Cattle, commercialisation and land reform: dynamics of social reproduction and accumulation in Besters, KwaZulu-Natal
Hornby, Angela Donovan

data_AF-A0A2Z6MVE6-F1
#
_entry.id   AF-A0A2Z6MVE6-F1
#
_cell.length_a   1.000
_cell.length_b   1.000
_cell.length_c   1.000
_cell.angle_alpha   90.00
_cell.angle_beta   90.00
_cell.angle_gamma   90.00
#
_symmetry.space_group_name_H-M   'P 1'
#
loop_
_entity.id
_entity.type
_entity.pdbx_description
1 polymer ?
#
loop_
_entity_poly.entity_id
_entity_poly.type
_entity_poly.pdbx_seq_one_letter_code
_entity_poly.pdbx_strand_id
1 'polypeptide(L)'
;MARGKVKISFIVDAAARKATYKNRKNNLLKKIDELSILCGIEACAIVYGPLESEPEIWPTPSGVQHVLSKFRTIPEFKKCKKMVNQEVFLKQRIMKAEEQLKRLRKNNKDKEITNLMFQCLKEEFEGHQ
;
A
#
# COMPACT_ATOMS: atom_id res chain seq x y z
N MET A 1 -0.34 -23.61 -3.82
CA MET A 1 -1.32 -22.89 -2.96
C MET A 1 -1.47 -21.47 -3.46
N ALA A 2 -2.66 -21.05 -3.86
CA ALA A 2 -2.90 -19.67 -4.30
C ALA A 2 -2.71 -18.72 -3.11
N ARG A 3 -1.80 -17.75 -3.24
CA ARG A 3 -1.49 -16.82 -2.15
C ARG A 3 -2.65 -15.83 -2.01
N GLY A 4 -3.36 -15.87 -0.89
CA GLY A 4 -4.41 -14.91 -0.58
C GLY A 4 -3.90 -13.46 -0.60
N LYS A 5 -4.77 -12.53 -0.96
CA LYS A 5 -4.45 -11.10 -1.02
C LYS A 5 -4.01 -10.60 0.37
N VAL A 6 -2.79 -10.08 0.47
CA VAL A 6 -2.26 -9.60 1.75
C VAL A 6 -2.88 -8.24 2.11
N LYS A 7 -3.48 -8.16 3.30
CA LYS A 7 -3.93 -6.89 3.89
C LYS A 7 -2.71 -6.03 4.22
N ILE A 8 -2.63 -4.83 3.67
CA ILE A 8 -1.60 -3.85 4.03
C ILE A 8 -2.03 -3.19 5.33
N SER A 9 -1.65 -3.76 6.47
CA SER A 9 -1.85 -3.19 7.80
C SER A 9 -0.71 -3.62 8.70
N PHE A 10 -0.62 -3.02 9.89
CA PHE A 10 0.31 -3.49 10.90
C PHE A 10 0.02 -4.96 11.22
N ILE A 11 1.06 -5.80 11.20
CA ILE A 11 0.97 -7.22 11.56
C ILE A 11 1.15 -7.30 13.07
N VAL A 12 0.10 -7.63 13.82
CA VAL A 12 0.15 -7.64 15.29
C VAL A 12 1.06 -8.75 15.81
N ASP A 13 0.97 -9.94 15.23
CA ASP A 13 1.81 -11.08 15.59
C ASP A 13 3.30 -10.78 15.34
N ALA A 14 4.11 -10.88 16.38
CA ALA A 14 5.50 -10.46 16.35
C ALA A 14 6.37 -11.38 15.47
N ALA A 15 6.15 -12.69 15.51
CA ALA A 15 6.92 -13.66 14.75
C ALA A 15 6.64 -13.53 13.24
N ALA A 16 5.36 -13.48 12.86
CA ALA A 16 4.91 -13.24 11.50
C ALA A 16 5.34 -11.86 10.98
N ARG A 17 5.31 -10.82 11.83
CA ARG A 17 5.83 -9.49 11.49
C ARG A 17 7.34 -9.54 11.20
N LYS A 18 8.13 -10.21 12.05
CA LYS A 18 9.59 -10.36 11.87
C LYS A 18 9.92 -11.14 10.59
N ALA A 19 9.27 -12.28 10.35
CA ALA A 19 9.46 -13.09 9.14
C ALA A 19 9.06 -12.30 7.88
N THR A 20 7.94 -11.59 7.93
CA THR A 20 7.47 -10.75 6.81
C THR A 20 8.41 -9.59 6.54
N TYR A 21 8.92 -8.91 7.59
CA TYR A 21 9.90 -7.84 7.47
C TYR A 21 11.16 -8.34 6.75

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The thesis examines the processes of social differentiation amongst households living on farms transferred through South African land reform, and the degree to which the ‘commercialisation’ of the cattle economy accounts for these processes. The evidence is drawn from six farms owned by Communal Property Associations (CPAs), which are part of the Besters Land Reform Project in the Besters District of KwaZulu-Natal. Drawing on the scholarship of critical political economists, the thesis shows that social differentiation is a dynamic process that both underlies and exacerbates conflicts over the commercial production of collectively owned cattle. This finding is derived from examining the articulation of three analytically distinct processes. These are the diversification of livelihoods in response to diminishing opportunities for regular wage employment; the social stratifications arising partly from the unequal ownership of cattle; and the differential claims on and extractions made from CPA land and cattle production. The thesis shows that some households are able to accumulate agricultural capital and expand their cattle herds by securing and synchronising a range of livelihoods, including wage employment, social grants and subsidies from CPA farm production. Others, unable to synchronise livelihoods arising from social processes that often run counter to one another, find their cattle herds depleted as they draw on them to survive. When their agricultural production declines, their capacity to generate a livelihood sufficiently robust to withstand shocks is put at risk. This places the collectively owned land, income and assets of the CPAs at the centre of a politics defined by the contradiction between meeting the needs of social reproduction on the one hand, and accumulating farm capital, on the other. This is evidenced in the dynamic nature of the hybridised farm systems in which cattle farming for multiple purposes co-exists with the production of cattle as commodities. Reflecting this materiality, the politics of the CPA draws on older relationships of kinship, underpinned by ceremonial uses of cattle that both reflect and generate broader socio-economic inequalities. The outcome of this fluid and complex ‘politics of the farm’ determines whether land reform produces a small number of ‘winners’ or a greater number of households involved in agricultural petty commodity production. Social differentiation is exacerbated on farms that disband collective production, while households are both more likely to continue farming or to re-enter agricultural petty commodity production where CPA production provides capital and labour inputs. The implications of these findings are that the problems of production on many land reform farms cannot be explained simply in terms of CPAs as troubled institutions. Rather, the dynamics of differentiation constitute CPAs and their enterprises as sites of struggle that render collectively owned production unstable under current land and agrarian policy frameworks. Policy priorities that take cognizance of this politics and support farm level adjudications of member’s rights to land, capital and cash, and support agricultural capital accumulators to exit communal property arrangements could result in limited transformations of the agrarian structure.